The wildly successful, Oscar-winning screenwriter-turned-producer Akiva Goldsman has made a career out of overexplained, half-witted movies ranging from “Batman & Robin” to “Angels & Demons.”
So his turn as a director, and taking Mark Helprin’s beloved 1983 novel “Winter’s Tale” with him, was not exactly promising.
The result is more just OK than it is howlingly terrible. It’s as if Goldsman learned everything about directing from Ron Howard, whom he has worked with four times.
“Winter’s Tale” chugs along, without ever being extraordinary or exhibiting much personality or artistry. It also can’t find any cohesion or center.
Despite a distracting, floppy hairstyle, Colin Farrell’s presence at least adds some meat to the movie. He plays Peter Lake, an orphaned thief in 1916 New York who falls in love with the consumptive Beverly Penn (Jessica Brown Findlay).
According to the voice-over narration and other explanatory dialogue, everything and everyone is connected by light. The movie uses some lovely visual effects to illustrate this, which is good because the actors fail to do the same.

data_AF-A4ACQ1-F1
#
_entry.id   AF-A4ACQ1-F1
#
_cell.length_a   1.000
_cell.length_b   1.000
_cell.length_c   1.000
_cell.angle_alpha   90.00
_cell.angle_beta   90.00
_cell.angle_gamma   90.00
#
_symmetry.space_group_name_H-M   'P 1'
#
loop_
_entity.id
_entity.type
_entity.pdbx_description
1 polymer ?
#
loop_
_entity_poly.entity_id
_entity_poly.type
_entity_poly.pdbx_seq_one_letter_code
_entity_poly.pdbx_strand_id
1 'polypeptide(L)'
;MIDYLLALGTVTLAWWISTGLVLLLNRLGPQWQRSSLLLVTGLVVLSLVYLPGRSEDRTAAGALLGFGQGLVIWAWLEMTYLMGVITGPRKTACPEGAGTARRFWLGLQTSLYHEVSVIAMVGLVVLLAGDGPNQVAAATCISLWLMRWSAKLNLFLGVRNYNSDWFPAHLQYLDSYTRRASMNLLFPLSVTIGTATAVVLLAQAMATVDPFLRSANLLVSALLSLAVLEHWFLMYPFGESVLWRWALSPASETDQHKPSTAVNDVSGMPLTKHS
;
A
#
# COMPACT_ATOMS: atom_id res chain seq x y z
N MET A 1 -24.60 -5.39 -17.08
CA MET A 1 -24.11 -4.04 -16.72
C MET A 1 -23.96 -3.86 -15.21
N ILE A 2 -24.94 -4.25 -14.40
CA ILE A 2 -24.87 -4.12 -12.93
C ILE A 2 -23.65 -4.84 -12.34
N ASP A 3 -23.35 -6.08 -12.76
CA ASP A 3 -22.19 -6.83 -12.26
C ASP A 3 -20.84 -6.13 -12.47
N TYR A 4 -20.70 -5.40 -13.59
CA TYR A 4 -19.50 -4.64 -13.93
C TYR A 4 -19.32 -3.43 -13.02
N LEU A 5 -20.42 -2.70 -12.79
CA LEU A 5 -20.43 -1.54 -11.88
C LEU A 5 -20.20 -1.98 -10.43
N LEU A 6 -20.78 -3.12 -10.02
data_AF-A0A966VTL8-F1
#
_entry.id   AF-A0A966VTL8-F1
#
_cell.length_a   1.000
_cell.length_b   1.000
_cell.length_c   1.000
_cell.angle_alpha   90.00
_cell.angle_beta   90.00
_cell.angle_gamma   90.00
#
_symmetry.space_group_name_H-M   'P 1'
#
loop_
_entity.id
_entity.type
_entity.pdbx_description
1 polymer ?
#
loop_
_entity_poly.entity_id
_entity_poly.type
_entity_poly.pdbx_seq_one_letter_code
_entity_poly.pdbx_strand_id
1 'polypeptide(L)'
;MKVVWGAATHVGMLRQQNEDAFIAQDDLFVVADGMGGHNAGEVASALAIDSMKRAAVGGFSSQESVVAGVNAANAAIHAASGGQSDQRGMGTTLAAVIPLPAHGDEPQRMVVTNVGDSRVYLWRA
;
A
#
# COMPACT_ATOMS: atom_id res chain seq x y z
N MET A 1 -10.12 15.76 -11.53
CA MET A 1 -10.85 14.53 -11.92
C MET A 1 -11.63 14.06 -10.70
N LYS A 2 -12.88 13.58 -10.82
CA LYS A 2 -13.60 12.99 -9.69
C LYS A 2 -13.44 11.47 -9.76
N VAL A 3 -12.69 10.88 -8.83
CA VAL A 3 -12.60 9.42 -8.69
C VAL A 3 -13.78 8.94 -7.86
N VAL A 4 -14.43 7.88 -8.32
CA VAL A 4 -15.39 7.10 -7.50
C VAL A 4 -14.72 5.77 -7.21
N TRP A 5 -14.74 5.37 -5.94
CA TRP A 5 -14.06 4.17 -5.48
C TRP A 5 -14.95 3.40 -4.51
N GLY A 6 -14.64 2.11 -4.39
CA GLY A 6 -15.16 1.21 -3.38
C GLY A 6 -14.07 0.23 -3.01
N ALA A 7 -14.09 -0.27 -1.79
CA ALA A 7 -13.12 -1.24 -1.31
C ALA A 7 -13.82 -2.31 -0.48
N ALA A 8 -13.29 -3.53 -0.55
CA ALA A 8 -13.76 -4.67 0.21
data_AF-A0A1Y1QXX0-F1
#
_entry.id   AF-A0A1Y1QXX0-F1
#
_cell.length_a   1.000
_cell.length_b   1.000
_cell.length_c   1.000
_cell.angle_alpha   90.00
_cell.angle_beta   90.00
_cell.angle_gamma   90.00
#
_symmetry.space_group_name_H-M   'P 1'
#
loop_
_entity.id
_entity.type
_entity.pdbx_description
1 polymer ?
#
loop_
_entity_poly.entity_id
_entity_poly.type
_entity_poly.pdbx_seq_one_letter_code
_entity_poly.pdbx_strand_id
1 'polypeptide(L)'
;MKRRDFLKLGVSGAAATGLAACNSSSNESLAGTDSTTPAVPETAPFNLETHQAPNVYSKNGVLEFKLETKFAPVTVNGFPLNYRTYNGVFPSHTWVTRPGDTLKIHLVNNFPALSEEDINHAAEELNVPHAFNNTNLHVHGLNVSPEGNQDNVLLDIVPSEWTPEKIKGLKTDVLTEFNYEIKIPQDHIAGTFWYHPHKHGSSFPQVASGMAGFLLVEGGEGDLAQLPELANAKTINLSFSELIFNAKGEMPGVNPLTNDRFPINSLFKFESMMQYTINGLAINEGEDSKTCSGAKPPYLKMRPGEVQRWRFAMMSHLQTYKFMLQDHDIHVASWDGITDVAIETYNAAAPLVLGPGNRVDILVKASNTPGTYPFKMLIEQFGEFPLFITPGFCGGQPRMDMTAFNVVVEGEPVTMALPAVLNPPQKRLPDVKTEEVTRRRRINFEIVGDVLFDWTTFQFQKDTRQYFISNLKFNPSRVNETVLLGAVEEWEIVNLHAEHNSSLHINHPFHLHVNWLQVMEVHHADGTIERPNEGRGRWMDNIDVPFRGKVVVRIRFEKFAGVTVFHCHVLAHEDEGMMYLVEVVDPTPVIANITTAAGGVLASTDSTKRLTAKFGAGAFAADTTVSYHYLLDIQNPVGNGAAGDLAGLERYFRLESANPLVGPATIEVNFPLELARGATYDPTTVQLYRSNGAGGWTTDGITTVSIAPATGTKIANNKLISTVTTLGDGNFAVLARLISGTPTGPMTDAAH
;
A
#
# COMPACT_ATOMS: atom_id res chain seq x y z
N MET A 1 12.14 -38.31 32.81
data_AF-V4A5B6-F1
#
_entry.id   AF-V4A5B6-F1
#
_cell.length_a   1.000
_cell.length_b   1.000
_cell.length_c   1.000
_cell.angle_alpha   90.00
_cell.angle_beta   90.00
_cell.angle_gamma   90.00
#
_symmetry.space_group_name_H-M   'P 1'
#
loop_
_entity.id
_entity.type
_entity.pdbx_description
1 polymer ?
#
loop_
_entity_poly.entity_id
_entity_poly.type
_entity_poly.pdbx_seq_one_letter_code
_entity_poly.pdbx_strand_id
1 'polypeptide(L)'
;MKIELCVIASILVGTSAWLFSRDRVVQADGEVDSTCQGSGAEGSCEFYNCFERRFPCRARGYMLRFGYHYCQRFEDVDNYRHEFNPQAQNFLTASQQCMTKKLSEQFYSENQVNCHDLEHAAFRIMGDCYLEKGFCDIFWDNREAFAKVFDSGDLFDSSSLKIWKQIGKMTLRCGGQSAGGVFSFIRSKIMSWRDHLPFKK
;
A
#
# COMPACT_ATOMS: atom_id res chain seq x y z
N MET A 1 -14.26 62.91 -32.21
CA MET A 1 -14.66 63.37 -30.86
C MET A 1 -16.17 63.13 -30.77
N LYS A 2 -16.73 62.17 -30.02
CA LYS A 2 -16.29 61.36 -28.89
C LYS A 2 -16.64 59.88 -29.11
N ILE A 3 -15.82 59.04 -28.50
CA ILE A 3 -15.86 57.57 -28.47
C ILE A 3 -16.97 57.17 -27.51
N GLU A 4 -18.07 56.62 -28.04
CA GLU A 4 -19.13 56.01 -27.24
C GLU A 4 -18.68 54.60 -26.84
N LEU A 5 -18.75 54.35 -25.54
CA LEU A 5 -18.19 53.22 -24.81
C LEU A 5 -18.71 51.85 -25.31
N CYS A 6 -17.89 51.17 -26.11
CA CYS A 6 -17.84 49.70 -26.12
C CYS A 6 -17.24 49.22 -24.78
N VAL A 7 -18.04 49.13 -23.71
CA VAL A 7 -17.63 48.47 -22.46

Also, everyone is born with a miracle inside them that’s meant for one person. Peter believes it’s his destiny to save Beverly — with the help of a white, flying horse.
One hundred years later, Peter is somehow still alive and finds that he has a different destiny when he meets newspaper food columnist Virginia Gamely (Jennifer Connelly).
Her editor-in-chief, a face from Peter’s past played as an old woman by Eva Marie Saint (“On the Waterfront” and “North by Northwest”), also provides some information, although, it’s difficult to imagine a newspaper editor being 104 years old.
All the while, a daemon in human form, Pearly Soames (a vicious, nasty Russell Crowe), spends every waking moment trying to stop Peter, dispatching interchangeable minions to do his cruel bidding.
Dialogue that may have sounded poetic on the printed page sounds awkward spoken aloud, and it’s doubtful that lines like “s--- happens” actually came from the novel. (Despite the title, we’re not talking Shakespeare here.)
Given the novel’s nearly 700 pages, some cuts were likely made that undoubtedly compromised the original concept.
Though “Winter’s Tale” is supposed to employ magical realism, it flips indecisively between magic and realism, without ever finding a tone for both.
Nevertheless, Goldsman’s overall approach allows the movie to get away with some ridiculously goopy moments, though many other moments are simply ridiculous.
Starring Colin Farrell, Russell Crowe, Jessica Brown Findlay, Jennifer Connelly
Written by Akiva Goldsman, based on a novel by Mark Helprin
Directed by Akiva Goldsman
Running time 1 hour, 58 minutes